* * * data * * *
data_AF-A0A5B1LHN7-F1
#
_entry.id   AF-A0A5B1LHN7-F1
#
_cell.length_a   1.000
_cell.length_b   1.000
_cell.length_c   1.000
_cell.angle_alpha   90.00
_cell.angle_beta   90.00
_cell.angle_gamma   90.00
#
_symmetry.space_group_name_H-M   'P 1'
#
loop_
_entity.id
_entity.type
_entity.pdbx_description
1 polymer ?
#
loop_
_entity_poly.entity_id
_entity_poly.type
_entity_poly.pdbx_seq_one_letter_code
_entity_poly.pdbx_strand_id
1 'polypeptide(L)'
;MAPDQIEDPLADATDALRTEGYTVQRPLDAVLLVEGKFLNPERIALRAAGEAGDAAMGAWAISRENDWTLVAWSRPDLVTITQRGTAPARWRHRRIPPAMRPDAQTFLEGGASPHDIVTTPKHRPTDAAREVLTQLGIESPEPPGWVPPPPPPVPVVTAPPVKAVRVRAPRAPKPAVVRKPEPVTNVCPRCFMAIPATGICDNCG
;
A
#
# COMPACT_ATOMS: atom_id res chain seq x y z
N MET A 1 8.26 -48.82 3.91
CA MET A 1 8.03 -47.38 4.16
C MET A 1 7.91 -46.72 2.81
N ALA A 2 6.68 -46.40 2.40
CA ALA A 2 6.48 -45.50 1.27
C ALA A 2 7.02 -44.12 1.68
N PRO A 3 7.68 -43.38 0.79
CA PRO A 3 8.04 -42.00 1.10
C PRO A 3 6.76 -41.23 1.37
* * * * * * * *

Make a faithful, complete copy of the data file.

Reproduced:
data_AF-A0A5B1LHN7-F1
#
_entry.id   AF-A0A5B1LHN7-F1
#
_cell.length_a   1.000
_cell.length_b   1.000
_cell.length_c   1.000
_cell.angle_alpha   90.00
_cell.angle_beta   90.00
_cell.angle_gamma   90.00
#
_symmetry.space_group_name_H-M   'P 1'
#
loop_
_entity.id
_entity.type
_entity.pdbx_description
1 polymer ?
#
loop_
_entity_poly.entity_id
_entity_poly.type
_entity_poly.pdbx_seq_one_letter_code
_entity_poly.pdbx_strand_id
1 'polypeptide(L)'
;MAPDQIEDPLADATDALRTEGYTVQRPLDAVLLVEGKFLNPERIALRAAGEAGDAAMGAWAISRENDWTLVAWSRPDLVTITQRGTAPARWRHRRIPPAMRPDAQTFLEGGASPHDIVTTPKHRPTDAAREVLTQLGIESPEPPGWVPPPPPPVPVVTAPPVKAVRVRAPRAPKPAVVRKPEPVTNVCPRCFMAIPATGICDNCG
;
A
#
# COMPACT_ATOMS: atom_id res chain seq x y z
N MET A 1 8.26 -48.82 3.91
CA MET A 1 8.03 -47.38 4.16
C MET A 1 7.91 -46.72 2.81
N ALA A 2 6.68 -46.40 2.40
CA ALA A 2 6.48 -45.50 1.27
C ALA A 2 7.02 -44.12 1.68
N PRO A 3 7.68 -43.38 0.79
CA PRO A 3 8.04 -42.00 1.10
C PRO A 3 6.76 -41.23 1.37